Weight Status in Children with Autism Spectrum Disorder

L. McCarron1, M. Fitzgerald1,2, S. Gallagher1,2, C.S. O’Gorman2, 3, 4 

  1. Department of Paediatrics, The Children’s Ark, University Hospital Limerick, Limerick, Ireland
  2. Graduate Entry Medical School, University of Limerick, Limerick, Ireland
  3. Research Centre, University of Limerick, Limerick, Ireland
  4. National Children’s Research Centre, Dublin, Ireland

Dear Editor,

Obesity in infants and children is rapidly becoming a worldwide epidemic; evidence suggests 1 in 4 Irish children are obese1.  Children with autism or with autism spectrum disorder (ASD) may have unusual eating habits, most frequently described as being overly selective or “picky-eaters”. Cohort studies suggest children with autism prefer energy-dense foods including high sugar and high fat foods which are known to contribute to obesity.4

The aim of our report was to describe the weight, food and dietary habits of children with a diagnosis of autism, using data from the Growing up in Ireland Study, a nationally representative cohort study.

Data derived from the National Longitudinal Study of Children Growing up in Ireland detailing a cohort of 9 year olds (8568) was used to identify children with Autism Spectrum Disorder, including Asperger Syndrome. Parents reported the diagnosis and supporting evidence from the school was recorded. Parents also reported on any chronic health conditions for the child (subsequently coded using ICD-10) and their own perception of their child’s weight. Both height and weight were objectively measured and recorded by a trained interviewer in the home. The children were classified as overweight or obese in accordance with the age and sex specific parameters devised by the International Obesity Task Force1. Weighted frequencies and percentages are presented.

54 parents (0.6% of full cohort) reported a diagnosis of Autism Spectrum disorder which was provided by a professional. Of these, 43 had supporting evidence from the child’s teacher stating that the child received additional resources in school. Over a third of parents (38%) reported that their child’s daily activities were severely hampered by their condition.  34 (80%) of the 43 children were male and 8 (19%) of those had a comorbid physical condition, most commonly diseases of the genitourinary system.  Of the children with measured height and weight, 8 (19%) were overweight and 5 (14%) were obese. Only half of those overweight or obese children were perceived by their parents as ‘slightly overweight’, with the remainder perceived as ‘about the right weight’.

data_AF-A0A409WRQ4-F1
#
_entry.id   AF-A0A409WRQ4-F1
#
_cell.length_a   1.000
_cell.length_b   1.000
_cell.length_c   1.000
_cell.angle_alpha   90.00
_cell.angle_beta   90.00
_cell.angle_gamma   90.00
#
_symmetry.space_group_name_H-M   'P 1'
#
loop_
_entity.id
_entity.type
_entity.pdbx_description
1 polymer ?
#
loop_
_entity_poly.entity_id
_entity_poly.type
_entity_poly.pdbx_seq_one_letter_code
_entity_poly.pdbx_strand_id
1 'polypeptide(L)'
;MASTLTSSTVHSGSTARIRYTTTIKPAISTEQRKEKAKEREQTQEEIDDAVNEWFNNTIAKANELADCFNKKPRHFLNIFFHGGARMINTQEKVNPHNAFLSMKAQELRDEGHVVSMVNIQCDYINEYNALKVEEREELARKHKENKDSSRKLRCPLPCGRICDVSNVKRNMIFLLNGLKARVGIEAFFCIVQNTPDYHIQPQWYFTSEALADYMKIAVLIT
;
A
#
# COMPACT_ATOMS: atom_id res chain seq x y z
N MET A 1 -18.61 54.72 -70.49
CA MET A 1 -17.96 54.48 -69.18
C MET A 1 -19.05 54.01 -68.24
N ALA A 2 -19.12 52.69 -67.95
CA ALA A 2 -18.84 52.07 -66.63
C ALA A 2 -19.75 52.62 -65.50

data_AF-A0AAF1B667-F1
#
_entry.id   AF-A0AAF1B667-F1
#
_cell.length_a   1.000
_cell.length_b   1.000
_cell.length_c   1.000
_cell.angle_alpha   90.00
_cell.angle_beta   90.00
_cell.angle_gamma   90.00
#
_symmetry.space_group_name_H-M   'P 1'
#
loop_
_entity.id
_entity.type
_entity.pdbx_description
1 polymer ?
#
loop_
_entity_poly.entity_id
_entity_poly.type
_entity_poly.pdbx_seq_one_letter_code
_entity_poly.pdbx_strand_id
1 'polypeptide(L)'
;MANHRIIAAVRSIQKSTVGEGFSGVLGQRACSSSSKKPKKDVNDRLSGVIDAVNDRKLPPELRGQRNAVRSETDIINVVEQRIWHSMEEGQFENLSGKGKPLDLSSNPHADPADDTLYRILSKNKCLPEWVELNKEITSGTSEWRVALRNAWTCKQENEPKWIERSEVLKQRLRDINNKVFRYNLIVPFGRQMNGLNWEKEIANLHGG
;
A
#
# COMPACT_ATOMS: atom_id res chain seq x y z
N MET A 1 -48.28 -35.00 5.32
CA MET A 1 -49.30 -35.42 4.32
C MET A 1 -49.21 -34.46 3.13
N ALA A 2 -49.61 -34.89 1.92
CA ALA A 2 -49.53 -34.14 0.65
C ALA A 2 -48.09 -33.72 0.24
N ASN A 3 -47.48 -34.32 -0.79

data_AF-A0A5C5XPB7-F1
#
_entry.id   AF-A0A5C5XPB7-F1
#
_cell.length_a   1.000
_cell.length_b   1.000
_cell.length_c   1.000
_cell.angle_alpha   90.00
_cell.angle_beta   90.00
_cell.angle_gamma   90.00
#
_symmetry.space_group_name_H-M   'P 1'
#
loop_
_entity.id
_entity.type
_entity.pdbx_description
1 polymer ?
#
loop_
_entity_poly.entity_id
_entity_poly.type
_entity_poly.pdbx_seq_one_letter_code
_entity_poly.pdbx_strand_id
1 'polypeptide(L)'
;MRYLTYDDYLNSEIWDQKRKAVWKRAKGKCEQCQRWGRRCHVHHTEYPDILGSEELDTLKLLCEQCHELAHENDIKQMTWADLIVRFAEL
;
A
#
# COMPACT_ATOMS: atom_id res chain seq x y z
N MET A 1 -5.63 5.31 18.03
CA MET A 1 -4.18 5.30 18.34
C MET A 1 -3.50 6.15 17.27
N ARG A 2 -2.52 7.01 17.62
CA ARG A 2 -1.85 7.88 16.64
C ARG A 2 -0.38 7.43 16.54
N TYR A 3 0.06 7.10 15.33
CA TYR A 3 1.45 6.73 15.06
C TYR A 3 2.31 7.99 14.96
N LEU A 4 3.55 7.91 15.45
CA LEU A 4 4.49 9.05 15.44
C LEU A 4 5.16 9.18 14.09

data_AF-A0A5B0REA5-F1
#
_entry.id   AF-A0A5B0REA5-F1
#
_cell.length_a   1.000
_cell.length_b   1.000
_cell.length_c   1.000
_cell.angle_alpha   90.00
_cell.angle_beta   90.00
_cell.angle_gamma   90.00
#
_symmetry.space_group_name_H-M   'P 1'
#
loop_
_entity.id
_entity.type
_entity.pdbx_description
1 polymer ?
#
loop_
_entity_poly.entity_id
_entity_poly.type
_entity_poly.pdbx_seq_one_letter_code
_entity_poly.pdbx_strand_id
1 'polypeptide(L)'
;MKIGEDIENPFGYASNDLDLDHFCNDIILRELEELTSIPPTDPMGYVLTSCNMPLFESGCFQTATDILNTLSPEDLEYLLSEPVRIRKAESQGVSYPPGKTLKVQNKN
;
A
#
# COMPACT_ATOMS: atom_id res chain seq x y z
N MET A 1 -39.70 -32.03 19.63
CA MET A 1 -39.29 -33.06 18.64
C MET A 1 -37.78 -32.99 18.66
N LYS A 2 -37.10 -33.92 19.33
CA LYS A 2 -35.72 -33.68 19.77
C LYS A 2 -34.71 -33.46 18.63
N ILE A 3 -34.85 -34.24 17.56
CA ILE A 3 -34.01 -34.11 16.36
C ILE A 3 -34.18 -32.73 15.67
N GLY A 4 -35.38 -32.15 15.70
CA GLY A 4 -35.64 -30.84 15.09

The data from our report demonstrates a significant incidence of obesity and comorbid health conditions in children with Asperger’s and ASD. The incidence of obesity in the full GUI cohort was 7% compared with 14% in children with ASD. The incidence of comorbid health conditions in the full cohort of the GUI study was 11% compared with 19% in children with ASD. This is a significant increase.

Food preferences might be an important risk factor. Our study describes that 43.9% of children with autism had consumed high energy dense foods on at least one occasion in the 24 hours prior. Although “picky eating” and food selectivity can be present in typically developing children, it appears to be more prevalent in those with ASD. Physical activity levels are influential in weight regulation. In our study, 79% of children travelled to school via car or bus with the remaining 14% cycling or walking. Interestingly 61.9% of children had at least 9 days of light exercise in the preceding weeks of the questionnaire.

Although our report describes increased incidence of obesity and comorbid chronic health conditions in children with ASD compared with the general population, it does not identify the specific risk factors contributing to this difference. More targeted studies are required to further examine these risk factors.

Conflicts of Interest Statement
There was no conflict of interest in preparing this report.

Acknowledgements 
Heken Purtill, Ailish Hannigan, Statistics Department, University of Limerick

Corresponding Author
Clodagh O’Gorman
GEMS3-019, Graduate Entry Medical School, University of Limerick, Castletroy, Limerick, Ireland.
Email: Clodagh.OGorman@ul.ie
Telephone: +353 863428384

References

  1. The Childhood Obesity Surveillance Initiative (COSI) in the Republic of Ireland: Findings from 2008, 2010 and 2012
  2. Ogden CL, Carroll MD, Kit BK, Flegal KM. Prevalence of childhood and adult obesity in the United States, 2011-2012. Journal of the American Medical Association 2014;311(8):806-814.
  3. National Center for Health Statistics. Health, United States, 2011: With Special Features on Socioeconomic Status and Health. Hyattsville, MD; U.S. Department of Health and Human Services; 2012.
  4. Obesity in Children with Autism Spectrum Disorders Carol Curtin, MSW, Mirjana Jojic, MD, and Linda G. Bandini, PhD, RD Harv Rev Psychiatry.2014 22(2)

P904